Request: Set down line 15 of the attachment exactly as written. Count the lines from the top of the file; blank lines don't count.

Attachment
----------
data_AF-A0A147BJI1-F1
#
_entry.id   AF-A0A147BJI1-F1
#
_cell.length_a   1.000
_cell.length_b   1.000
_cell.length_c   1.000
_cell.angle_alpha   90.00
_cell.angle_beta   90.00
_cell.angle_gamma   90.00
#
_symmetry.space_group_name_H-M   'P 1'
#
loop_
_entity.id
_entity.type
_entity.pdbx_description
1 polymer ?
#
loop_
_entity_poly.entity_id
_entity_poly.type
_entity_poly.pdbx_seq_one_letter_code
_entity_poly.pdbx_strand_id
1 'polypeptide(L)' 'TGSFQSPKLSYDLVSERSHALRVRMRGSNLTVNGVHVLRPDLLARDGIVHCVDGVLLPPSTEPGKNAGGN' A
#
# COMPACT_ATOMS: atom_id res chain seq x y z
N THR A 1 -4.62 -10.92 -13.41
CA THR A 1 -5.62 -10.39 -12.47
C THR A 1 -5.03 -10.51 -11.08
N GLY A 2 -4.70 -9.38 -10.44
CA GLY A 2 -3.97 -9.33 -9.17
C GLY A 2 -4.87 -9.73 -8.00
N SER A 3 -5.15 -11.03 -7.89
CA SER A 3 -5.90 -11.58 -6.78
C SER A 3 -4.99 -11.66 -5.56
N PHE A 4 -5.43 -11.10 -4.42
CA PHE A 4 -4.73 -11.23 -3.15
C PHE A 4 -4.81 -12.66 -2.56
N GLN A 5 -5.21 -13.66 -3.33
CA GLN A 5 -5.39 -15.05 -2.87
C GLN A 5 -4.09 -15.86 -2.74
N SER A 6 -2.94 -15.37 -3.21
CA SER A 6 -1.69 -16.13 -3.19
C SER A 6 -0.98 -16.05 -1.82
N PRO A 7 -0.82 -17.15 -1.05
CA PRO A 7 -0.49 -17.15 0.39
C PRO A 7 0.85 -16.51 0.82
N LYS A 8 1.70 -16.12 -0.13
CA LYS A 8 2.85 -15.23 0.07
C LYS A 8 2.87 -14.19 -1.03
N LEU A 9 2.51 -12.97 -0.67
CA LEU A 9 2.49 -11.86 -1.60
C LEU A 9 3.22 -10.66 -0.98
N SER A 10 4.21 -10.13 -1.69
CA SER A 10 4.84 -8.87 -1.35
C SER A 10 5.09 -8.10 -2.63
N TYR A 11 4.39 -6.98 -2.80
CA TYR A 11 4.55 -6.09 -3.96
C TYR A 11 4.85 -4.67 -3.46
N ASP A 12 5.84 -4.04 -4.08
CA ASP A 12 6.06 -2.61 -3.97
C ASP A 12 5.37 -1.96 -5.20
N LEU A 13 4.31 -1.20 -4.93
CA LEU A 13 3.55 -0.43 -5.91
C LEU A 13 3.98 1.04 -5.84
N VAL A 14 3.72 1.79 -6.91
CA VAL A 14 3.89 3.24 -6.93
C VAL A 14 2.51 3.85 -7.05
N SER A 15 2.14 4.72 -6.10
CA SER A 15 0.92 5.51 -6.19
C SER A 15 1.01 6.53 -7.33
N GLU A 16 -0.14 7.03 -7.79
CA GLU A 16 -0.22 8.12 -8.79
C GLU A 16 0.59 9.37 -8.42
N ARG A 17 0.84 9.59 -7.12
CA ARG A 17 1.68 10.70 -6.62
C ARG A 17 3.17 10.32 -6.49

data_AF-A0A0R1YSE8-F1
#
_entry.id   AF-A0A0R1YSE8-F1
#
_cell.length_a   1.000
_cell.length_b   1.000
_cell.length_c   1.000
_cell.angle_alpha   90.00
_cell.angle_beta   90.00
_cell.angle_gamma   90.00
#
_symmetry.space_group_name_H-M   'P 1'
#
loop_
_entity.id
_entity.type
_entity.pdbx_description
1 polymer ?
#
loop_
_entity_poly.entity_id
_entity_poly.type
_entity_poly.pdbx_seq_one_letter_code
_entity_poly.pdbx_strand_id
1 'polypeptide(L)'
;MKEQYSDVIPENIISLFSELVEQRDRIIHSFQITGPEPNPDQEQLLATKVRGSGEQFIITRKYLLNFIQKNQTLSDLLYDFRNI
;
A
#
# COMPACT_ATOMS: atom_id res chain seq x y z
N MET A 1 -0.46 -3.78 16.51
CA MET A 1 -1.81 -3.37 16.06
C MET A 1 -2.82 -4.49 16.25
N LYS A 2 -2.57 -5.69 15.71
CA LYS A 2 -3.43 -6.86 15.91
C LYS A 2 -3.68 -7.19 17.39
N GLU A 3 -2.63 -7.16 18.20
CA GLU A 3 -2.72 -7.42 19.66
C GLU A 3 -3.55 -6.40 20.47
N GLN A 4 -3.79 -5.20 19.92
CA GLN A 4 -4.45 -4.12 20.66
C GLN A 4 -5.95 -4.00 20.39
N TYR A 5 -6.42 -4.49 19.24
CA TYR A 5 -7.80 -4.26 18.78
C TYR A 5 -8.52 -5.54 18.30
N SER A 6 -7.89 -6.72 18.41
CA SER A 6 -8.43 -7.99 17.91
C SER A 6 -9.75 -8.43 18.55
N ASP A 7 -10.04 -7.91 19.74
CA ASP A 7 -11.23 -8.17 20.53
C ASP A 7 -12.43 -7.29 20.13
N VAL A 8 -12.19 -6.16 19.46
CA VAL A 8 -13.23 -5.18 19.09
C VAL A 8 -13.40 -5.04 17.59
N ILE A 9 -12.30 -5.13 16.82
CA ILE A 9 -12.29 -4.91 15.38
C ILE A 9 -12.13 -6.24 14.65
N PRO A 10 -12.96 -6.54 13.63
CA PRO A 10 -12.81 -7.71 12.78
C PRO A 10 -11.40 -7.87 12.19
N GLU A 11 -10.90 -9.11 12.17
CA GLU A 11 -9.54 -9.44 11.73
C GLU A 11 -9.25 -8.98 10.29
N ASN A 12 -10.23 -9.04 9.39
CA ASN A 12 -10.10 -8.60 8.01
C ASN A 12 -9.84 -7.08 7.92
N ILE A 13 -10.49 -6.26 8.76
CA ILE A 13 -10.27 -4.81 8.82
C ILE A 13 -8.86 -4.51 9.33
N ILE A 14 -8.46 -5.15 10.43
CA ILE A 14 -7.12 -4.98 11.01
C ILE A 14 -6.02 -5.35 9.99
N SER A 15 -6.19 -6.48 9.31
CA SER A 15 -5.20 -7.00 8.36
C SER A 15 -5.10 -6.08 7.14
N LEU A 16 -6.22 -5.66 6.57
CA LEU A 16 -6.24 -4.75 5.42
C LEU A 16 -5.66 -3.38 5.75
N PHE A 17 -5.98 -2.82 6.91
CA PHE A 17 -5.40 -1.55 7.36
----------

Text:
_entity.id